In an effort to evade his domestic woes, British Prime Minister Boris Johnson—who may soon be replaced—has spent much time toing and froing to Ukraine. Ukrainian President Volodymyr Zelenskyy has described the buffoonish British PM as one of Ukraine’s closest allies. If and when Johnson leaves office, he is tipped for a role as Ukraine Envoy.
The Johnson-Zelenskyy relationship contrasts sharply with Zelenskyy’s experiences with French President Emmanuel Macron, who has warned the European Union (EU) and the US not to “humiliate” Russian President Putin and instead to seek diplomatic over military solutions to the conflict.
But Johnson’s pastiche of Churchillian resolve has deeper roots in the Anglo-American alliance when it comes to Ukraine, and is heavily informed by Britain’s membership of the US-led North Atlantic Treaty Organization (NATO). His impulses are also dictated by Britain’s post-World War Two-era role in the global order: to serve the interests of the US state. From 2015 to this year, the UK has trained over 22,000 Ukrainian military personnel as part of the Maritime Training Initiative and Operation Orbital.
In my book Britain’s Secret Wars, I documented how the UK spent years training the Ukrainian military, long before the 2014 coup, and even when the Ukrainian military was under the command of Russian-oriented governments.
“We believe that Ukraine, as a European country, should have the right, under existing treaties, to join the EU once it has fulfilled the criteria for accession.” These are the words spoken in 2011 by Leigh Turner, Ambassador to Austria and the UK Permanent Representative to the United Nations. Turner went on to say: “I’ve actually spent several chunks of my career in and around Central and Eastern Europe, starting off with a year in 1980 as a civil servant at the headquarters of the British Northern Army Group in Rheindahlen in Germany.”
Turner continued: “We always used to joke nervously that this would be the target of the first Soviet tactical nuclear missile to launch hostilities in Europe.” Nothing quite puts you in the mood for political work like a few wisecracks about the apocalypse. Turner said that the UK should continue to focus on Ukraine as a weapon against Russia: “Ukraine could have a big demonstration effect in the region. Indeed, there is an argument that a successful Ukraine could be a swing-state for the whole of the FSU [former Soviet Union].”
“Conversely, if Ukraine fails, it would be easy for unelected or undemocratic leaders in the region to claim that ‘western’ style governance has no place around here.” Turner and his colleagues hoped that they could nudge Yanukovych in the pro-Western direction. “Before the election of President Yanukovych, he was often depicted as being ‘pro-Russian’. This is too simple,” Turner explained before laying out the economic “reforms” being undertaken.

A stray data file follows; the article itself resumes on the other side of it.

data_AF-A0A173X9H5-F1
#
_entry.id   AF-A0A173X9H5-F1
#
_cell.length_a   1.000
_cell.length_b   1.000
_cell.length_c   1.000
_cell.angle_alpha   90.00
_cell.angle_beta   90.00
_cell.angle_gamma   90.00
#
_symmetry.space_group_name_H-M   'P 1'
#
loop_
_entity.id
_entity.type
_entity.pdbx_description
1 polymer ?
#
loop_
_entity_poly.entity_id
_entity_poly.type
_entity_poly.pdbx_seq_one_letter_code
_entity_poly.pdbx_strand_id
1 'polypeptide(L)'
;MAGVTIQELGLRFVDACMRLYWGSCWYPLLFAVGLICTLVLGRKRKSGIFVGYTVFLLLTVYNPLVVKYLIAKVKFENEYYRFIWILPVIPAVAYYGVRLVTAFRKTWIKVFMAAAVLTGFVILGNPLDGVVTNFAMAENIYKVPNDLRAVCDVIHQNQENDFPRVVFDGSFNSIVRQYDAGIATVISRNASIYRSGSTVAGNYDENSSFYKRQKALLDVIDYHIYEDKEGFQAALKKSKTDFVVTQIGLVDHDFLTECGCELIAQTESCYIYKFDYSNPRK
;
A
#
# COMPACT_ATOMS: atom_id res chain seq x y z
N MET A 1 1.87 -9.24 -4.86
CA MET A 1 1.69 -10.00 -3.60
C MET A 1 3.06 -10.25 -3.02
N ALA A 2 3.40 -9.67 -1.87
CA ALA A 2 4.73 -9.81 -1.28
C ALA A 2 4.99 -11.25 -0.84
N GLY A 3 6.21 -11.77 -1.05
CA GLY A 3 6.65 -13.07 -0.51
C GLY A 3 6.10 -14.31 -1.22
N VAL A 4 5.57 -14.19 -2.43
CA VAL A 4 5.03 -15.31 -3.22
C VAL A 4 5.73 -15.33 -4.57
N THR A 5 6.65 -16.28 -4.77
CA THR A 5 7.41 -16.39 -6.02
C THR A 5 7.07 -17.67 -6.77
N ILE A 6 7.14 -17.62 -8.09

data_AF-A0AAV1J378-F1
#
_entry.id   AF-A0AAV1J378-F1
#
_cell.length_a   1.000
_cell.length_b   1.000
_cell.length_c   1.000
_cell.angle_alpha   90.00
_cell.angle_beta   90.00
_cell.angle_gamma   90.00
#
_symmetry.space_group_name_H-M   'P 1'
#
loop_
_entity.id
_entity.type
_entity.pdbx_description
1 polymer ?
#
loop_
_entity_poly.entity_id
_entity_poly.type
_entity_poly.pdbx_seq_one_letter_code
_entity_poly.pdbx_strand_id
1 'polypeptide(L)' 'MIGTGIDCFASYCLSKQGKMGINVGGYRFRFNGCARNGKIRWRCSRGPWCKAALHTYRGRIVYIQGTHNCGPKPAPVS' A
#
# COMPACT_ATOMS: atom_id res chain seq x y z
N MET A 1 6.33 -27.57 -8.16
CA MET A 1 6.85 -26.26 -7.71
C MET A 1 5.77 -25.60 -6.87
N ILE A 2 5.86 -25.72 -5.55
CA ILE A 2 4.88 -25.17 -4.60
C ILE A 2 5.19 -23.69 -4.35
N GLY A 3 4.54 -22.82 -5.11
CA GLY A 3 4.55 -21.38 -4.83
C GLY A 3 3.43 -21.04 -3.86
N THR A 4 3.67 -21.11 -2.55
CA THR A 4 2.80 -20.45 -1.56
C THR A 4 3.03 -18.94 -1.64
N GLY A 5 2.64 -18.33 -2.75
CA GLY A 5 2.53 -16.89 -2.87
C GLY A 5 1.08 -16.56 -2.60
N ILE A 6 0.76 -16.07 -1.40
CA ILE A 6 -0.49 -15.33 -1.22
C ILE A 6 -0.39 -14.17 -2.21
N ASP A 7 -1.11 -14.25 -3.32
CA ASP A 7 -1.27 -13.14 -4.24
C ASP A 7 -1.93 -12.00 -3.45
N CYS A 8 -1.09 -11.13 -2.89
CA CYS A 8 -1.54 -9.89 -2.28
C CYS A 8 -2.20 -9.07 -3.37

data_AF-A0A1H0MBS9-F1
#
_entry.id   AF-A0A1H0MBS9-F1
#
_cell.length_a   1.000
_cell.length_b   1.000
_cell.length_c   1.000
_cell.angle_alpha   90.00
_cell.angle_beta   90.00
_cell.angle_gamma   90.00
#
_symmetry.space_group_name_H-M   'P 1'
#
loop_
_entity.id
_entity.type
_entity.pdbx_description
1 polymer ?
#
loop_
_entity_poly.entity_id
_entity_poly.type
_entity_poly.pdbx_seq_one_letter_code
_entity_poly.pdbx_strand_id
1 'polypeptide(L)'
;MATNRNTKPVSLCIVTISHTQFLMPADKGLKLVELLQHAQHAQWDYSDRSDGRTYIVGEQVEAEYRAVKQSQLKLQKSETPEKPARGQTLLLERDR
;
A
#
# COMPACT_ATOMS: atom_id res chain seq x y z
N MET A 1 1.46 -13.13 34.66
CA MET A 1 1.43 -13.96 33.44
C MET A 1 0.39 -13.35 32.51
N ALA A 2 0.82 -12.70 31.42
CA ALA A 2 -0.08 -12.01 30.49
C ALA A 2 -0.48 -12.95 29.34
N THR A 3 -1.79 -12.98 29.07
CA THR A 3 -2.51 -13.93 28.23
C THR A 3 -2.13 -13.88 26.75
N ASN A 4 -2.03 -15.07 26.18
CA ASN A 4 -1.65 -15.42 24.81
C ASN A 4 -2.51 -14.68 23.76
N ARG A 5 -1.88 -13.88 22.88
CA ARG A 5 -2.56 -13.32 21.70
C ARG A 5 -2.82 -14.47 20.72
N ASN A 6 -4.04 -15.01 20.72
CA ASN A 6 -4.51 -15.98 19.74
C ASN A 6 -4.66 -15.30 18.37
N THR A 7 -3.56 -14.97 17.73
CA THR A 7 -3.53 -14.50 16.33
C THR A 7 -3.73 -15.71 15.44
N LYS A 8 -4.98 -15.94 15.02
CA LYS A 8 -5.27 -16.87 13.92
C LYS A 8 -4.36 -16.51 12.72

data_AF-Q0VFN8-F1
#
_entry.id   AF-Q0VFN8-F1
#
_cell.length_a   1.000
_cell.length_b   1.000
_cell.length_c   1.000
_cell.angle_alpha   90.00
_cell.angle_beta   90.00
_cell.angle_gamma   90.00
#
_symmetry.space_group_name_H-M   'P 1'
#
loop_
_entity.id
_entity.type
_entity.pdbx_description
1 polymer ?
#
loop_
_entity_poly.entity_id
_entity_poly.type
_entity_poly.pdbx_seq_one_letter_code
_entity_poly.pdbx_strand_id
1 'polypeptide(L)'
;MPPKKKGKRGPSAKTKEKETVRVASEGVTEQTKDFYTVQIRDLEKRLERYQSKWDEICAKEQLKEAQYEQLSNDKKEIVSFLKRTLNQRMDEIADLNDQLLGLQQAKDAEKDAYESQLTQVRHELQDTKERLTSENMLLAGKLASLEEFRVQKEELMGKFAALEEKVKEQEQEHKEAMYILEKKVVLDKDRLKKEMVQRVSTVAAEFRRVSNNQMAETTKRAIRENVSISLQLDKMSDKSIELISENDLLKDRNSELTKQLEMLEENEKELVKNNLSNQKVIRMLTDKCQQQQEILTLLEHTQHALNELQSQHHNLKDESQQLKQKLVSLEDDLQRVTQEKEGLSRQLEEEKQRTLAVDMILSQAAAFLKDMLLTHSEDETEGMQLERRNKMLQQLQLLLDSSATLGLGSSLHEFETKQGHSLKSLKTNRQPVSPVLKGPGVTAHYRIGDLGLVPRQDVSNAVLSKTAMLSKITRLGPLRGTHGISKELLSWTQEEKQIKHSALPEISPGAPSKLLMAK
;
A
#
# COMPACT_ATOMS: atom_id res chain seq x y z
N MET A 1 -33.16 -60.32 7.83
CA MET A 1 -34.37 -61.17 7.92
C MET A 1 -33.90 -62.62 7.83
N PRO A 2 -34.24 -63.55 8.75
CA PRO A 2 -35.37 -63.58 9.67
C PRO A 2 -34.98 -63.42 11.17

To quicken the process, Turner saw the UK’s role as Ukraine’s gateway to NATO: to establish Ukraine as a NATO proxy but without giving it the benefits and collective protection guarantees of NATO members. As he said, “There’s a lot the UK can continue to do to work closely with Ukraine to help its armed forces to reform and to make them more capable of integrating into, and working with, NATO forces.”
British proposals included appointing a special Defense Adviser, providing language training, and naval integration. Turner’s follow-up statement, also in 2011, noted that 17 staff and students from the UK Royal College of Defence Studies visited Ukraine, while 20 personnel from the Ukrainian National Defense University came to Britain. As part of so-called Partnership for Peace programmes, British paratroopers trained their Ukrainian counterparts.
But according to John Kampfner, this was not enough. “When Russia invaded Donbas and annexed Ukraine in 2014, the UK was happy to fall in behind efforts by France and Germany to negotiate a settlement with Moscow and Kyiv under the Normandy Format, which ultimately failed,” writes the journalist and author, who neglects to mention why the negotiations failed. Kampfner is now Executive Director of the UK in the World Programme: a project of the Royal Institute for International Affairs think tank that seeks to formulate Britain’s neocolonial doctrines.
A House of Commons research briefing states that, at the time, the EU’s major powers, France and Germany, opposed sending military equipment to Ukraine. This was in contrast to the US position under US President Barack Obama. Britain bolstered the US position while compromising with its European neighbors by sending so-called non-lethal equipment.